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# Analysis
Anatomy of a goal: 10 seconds, 3 passes and we were through
It should rightfully go down as one of our finest strikes at a major tournament.

THERE WAS SOMETHING so very non-Irish about it.

Think back to those other crucial goals.

Yes, there was Ray Houghton’s neat, cushioned header against England in ’88. Ronnie Whelan’s shinned effort against the Soviets will always be technically tainted. Two years later, Kevin Sheedy followed up a mis-hit pass by rifling one to the bottom corner.

The vast majority have followed a similar path.

Niall Quinn’s bundled effort against the Dutch, Houghton’s beautiful but bizarre lob over Gianluca Pagliuca, Robbie Keane’s last-gasp finish against Germany.

Even Shane Long’s winner against the same opposition during Euro 2016 qualification was assisted by Darren Randolph.

Not many of our high-profile strikes are quite aesthetically appealing.

But last night was different.


Ahead of the Italian assignment, we had written about Martin O’Neill’s inability to change things during the games against Sweden and Belgium.

In both, there was an inevitability to conceding. The substitutions failed to bring about much difference in terms of the defensive reinforcement or creativity in the final third. There was a lack of technical nous.

Italy v Republic of Ireland - UEFA Euro 2016 - Group E - Stade Pierre Mauroy Frank Augstein Frank Augstein

But, in Lille, the calls were smarter.

Aiden McGeady was the first player to be introduced and took up his usual position wide right.

It was a 4-3-3 of sorts at that point, with him and McClean trying to get as high as possible to support Shane Long. Both Jeff Hendrick and Robbie Brady covered the ground in behind and James McCarthy patrolled the middle of the park.

But that only lasted for a few minutes.

Wes Hoolahan’s introduction for McCarthy meant the system changed again and it was during that transition that Lorenzo Insigne took advantage and curled the right-footer against the butt of Randolph’s upright.

After the scare, Hoolahan had a free role behind Long. Without the ball it was a 4-4-1-1 but quickly turned into a 4-2-4 with Brady and Hendrick minding the house.

The numbers in attack led to a very casual Italian side almost conceding on 84 minutes. Bonucci was closed down immediately by McGeady as he took a poor touch on the edge of his area and Hoolahan failed to convert from close range.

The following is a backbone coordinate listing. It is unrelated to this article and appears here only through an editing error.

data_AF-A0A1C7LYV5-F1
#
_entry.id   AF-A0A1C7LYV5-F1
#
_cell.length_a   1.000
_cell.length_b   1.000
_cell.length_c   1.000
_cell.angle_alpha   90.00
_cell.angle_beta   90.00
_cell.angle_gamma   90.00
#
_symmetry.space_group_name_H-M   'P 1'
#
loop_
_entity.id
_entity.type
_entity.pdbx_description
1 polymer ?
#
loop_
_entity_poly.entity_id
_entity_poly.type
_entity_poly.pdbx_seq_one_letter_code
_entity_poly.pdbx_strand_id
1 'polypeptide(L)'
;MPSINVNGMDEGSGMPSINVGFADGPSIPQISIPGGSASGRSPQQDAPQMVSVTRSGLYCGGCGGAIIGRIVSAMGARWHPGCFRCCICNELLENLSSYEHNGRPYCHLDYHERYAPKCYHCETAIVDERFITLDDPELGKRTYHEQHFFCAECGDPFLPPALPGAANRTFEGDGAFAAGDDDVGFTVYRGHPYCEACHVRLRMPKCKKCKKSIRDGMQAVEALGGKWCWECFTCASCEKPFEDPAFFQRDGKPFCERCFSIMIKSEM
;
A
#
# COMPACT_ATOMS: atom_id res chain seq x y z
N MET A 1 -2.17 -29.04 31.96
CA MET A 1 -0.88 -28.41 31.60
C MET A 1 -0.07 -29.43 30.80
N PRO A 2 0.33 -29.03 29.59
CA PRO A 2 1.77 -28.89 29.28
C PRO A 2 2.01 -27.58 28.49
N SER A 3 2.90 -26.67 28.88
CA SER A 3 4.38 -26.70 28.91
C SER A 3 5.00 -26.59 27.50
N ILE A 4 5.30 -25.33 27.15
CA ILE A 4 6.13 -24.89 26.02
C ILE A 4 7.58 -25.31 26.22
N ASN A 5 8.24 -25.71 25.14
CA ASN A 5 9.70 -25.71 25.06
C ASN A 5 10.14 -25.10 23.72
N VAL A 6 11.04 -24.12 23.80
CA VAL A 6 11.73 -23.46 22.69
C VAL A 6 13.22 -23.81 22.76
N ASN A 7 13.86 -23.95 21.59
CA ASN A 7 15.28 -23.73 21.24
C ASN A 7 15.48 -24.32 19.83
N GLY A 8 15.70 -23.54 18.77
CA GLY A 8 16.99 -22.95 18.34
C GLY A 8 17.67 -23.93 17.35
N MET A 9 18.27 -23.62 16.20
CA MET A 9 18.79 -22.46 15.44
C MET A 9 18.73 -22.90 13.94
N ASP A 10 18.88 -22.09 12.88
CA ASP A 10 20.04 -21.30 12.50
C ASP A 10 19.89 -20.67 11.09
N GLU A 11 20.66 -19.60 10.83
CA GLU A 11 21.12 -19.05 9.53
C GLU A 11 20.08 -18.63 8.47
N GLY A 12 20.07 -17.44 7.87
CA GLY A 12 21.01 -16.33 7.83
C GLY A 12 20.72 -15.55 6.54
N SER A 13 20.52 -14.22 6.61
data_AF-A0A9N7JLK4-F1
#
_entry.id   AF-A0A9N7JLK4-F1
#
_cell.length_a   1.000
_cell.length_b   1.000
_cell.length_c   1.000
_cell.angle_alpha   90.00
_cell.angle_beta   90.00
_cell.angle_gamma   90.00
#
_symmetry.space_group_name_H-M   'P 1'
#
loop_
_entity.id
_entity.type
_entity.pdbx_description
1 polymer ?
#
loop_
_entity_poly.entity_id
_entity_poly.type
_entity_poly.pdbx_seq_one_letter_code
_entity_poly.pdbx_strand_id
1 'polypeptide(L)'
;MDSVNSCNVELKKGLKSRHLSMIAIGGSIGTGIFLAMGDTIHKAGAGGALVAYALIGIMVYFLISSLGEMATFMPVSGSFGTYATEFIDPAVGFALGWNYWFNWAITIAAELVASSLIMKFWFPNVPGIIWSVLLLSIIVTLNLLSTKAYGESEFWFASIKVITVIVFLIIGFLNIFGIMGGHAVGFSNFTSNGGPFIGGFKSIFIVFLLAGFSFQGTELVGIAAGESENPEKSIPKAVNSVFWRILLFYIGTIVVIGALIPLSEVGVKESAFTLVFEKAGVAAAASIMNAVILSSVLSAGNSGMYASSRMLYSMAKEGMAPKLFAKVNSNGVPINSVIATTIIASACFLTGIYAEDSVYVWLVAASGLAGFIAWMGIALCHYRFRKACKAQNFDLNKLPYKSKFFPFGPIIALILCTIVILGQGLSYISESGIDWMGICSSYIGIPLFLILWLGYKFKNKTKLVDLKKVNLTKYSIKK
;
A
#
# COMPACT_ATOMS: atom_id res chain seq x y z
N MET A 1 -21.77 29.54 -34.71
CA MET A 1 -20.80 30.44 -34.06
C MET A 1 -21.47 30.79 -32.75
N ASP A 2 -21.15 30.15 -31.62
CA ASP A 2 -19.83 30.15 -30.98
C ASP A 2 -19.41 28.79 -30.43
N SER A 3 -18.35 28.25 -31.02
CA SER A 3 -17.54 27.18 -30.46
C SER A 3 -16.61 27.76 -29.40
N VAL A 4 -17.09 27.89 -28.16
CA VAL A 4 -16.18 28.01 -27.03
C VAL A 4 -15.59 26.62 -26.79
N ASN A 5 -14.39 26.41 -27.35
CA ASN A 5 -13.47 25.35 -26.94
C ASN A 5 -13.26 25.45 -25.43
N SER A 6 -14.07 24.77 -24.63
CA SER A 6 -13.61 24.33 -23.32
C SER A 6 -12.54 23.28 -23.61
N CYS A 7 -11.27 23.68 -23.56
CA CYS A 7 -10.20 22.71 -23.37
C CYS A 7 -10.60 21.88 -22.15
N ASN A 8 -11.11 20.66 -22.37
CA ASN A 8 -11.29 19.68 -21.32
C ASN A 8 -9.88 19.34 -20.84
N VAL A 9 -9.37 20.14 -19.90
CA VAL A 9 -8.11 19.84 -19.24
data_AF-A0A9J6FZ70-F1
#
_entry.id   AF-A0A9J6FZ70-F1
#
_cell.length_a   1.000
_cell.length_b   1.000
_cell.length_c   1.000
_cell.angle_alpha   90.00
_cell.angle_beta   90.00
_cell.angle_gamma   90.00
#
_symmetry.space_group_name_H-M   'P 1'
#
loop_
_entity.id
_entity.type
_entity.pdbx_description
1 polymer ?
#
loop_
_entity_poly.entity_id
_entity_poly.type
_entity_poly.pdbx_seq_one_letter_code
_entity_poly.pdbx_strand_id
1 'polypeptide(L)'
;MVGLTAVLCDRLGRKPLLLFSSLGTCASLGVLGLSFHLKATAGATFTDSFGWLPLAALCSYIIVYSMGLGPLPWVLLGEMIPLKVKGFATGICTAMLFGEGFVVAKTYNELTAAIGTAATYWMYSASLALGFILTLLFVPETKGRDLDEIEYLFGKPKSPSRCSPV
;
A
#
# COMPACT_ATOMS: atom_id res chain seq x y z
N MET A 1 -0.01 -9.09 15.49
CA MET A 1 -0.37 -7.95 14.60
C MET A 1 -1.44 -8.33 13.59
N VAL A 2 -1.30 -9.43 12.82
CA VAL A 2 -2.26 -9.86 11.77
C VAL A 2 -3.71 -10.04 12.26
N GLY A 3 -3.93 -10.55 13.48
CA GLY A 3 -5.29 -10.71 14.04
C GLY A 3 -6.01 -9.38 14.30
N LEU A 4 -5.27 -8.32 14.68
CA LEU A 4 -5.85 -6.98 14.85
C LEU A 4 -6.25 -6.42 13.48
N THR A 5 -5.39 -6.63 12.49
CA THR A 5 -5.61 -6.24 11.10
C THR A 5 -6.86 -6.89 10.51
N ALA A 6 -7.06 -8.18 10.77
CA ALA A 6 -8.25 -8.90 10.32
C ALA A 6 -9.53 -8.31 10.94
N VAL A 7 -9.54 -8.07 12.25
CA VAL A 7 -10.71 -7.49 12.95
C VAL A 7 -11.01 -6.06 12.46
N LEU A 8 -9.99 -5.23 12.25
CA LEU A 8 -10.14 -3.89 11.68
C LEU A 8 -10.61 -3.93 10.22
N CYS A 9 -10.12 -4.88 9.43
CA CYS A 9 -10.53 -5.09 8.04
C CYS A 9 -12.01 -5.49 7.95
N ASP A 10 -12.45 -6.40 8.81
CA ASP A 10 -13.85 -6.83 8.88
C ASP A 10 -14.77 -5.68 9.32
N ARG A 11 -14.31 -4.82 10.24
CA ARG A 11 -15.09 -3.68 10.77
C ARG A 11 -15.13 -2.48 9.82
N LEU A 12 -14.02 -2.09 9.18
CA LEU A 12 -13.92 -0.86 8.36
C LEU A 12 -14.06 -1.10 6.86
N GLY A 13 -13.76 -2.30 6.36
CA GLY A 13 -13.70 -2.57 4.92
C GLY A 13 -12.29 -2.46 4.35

Italy went straight down the other end where one of their substitutes, Stephan El Shaarawy, cut inside and shot straight at Randolph.

Immediately, the goalkeeper began another Irish attack, with Brady receiving the ball on the left – about 35 yards from his own goal.



Against Belgium and at certain times during last night’s game, we saw Ireland panic in possession.

In Bordeaux, they wanted to relieve pressure and get higher up the pitch so they thumped hopeful balls forward that Shane Long had no chance of getting close to.

Against the Italians, there was a tendency (probably understandable given there was a target man in Daryl Murphy) to go direct on occasion – those booming clearances from the back usually. But it wasn’t working and easy for the opposition to cover. It was no surprise when Murphy was the first man to be replaced as O’Neill reverted to his more usual style.

As the minutes ticked by, you would’ve expected the Irish to grow increasingly anxious but, going back to O’Neill’s decisions, they had players on the pitch who liked the ball at their feet and with the end-to-end, stretched nature of the final 15 minutes, those players had space to work in too.

It would’ve been pretty easy to bring Keane in early, alongside McGeady, play two up front, two wingers and hope for the best.